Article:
The quick succession of repo rate raise has brought the real rate to near equilibrium levels, which has prevented over-heating as well as over-tightening of demand and helped to anchor inflation expectations, according to Monetary Policy Committee (MPC) member Ashima Goyal.
The slowdown and pause was also well-timed, she added.
Equilibrium real interest rate is the short-term real interest rate that, in the long run, is consistent with aggregate production at potential and stable inflation.
The MPC raised the repo rate (the interest rate at which banks draw funds from the RBI to overcome short-term liquidity mismatches) cumulatively by 250 basis points since May 2022 from 4 per cent to 6.50 per cent. The committee maintained status quo on the repo rate at its last two meetings.
“It is necessary to build on the learning of the past few years where allowing sufficient nominal variation in repo and exchange rates to keep real rates near equilibrium has helped smooth shocks and sustain Indian growth resilience,” Goyal, who is Emeritus Professor, Indira Gandhi Institute of Development Research, Mumbai, said at the MPC meeting held frpm June 6 to 8, 2023.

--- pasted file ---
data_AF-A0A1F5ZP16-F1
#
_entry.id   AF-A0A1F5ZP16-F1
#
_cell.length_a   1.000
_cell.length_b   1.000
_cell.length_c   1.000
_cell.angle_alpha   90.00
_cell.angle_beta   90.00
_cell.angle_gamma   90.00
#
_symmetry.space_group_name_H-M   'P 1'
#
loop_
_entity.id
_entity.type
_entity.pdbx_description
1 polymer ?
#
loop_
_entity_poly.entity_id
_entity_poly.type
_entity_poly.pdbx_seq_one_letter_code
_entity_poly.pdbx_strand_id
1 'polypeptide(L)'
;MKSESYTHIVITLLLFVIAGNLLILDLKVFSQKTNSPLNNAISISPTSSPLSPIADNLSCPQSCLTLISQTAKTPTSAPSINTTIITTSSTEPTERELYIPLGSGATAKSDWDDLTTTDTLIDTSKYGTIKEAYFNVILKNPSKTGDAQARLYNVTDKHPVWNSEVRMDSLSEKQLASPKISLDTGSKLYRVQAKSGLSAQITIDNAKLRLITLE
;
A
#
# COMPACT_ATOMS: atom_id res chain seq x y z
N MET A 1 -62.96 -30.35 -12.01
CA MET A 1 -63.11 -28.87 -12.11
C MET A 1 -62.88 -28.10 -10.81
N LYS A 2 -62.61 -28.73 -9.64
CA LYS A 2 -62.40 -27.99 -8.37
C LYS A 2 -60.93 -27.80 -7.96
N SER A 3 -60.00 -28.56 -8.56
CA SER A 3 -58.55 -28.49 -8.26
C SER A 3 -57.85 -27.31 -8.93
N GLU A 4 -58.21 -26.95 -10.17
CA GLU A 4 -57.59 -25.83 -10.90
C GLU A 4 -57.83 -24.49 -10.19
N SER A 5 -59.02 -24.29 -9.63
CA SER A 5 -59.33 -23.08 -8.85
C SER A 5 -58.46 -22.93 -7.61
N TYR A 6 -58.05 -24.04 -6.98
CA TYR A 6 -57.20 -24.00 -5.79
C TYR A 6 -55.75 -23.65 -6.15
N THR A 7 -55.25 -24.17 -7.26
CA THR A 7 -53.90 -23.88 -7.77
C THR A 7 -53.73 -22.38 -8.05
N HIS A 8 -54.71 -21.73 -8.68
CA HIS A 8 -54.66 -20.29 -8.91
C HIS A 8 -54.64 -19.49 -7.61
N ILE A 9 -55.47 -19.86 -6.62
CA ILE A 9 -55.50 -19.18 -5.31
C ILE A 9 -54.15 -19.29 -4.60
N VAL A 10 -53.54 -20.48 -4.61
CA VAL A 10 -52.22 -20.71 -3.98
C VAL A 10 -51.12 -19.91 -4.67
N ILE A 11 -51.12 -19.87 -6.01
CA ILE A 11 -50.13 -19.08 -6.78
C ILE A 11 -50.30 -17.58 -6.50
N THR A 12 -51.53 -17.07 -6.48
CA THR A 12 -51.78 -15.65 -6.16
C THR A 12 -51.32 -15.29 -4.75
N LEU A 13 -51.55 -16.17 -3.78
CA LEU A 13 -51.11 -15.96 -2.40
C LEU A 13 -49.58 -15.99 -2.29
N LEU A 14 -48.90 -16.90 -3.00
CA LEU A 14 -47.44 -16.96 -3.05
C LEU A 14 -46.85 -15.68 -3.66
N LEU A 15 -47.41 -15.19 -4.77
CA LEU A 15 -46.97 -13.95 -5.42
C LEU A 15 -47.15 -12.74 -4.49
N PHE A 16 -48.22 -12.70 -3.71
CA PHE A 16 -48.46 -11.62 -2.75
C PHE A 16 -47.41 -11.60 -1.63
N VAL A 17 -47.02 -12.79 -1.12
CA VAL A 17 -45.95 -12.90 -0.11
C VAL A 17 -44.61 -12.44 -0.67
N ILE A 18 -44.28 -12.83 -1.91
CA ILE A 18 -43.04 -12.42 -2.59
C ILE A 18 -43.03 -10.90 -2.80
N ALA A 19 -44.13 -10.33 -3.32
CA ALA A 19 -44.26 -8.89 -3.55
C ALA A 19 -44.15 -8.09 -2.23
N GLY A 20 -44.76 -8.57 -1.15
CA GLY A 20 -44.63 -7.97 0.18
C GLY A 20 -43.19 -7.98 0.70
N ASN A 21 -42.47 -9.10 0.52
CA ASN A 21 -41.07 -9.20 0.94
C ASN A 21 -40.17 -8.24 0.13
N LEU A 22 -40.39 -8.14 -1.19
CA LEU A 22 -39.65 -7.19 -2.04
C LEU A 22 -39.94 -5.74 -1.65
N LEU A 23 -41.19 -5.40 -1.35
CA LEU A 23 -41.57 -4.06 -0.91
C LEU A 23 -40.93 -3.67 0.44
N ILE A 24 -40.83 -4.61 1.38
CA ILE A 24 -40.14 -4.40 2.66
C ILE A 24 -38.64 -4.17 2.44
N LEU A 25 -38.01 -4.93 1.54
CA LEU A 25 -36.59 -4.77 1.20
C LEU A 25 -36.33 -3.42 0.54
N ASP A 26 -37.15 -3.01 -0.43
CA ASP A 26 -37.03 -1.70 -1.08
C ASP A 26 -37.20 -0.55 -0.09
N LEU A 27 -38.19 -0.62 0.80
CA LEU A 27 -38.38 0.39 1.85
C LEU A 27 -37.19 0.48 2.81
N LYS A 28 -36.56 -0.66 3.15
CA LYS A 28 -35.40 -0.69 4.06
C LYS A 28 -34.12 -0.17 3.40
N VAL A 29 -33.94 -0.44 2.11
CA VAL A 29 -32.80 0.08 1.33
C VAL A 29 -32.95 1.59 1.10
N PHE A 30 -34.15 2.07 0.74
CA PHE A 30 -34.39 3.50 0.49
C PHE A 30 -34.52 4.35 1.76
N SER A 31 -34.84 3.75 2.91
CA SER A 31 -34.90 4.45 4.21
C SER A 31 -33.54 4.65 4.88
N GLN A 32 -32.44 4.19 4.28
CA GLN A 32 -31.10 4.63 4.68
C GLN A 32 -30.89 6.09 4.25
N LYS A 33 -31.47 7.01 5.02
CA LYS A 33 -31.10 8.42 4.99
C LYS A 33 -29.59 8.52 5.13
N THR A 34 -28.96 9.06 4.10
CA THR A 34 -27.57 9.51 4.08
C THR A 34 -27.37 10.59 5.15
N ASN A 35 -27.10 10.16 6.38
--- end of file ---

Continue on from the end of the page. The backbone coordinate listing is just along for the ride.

“The experience has shown that independence from AE (advanced economy) monetary cycles is feasible and foreign inflows are not tightly linked to the interest rate differential with AE rates,” she added.
She noted that flexibility in inflation targeting, intervention in foreign exchange (FX) markets to reduce excess volatility, economic diversity, supply-side action and good monetary-fiscal co-ordination under supply shocks have all contributed to better outcomes.
“As expected inflation falls, however, it is important that real repo rate does not rise too high. This is what happened in 2015 as international oil prices fell, damaging the economic cycle,” the MPC member said.
Referring to research that suggests that the inflation targeting regime has contributed to reducing inflation expectations, Goyal observed that commitment to such a regime only involves aligning the nominal repo rate with expected inflation.
“Such action, together with the greater impact of official communication in emerging markets, is adequate to bring inflation to target as the effect of shocks dies down. It does not require the nominal repo to be kept higher for longer,” she said.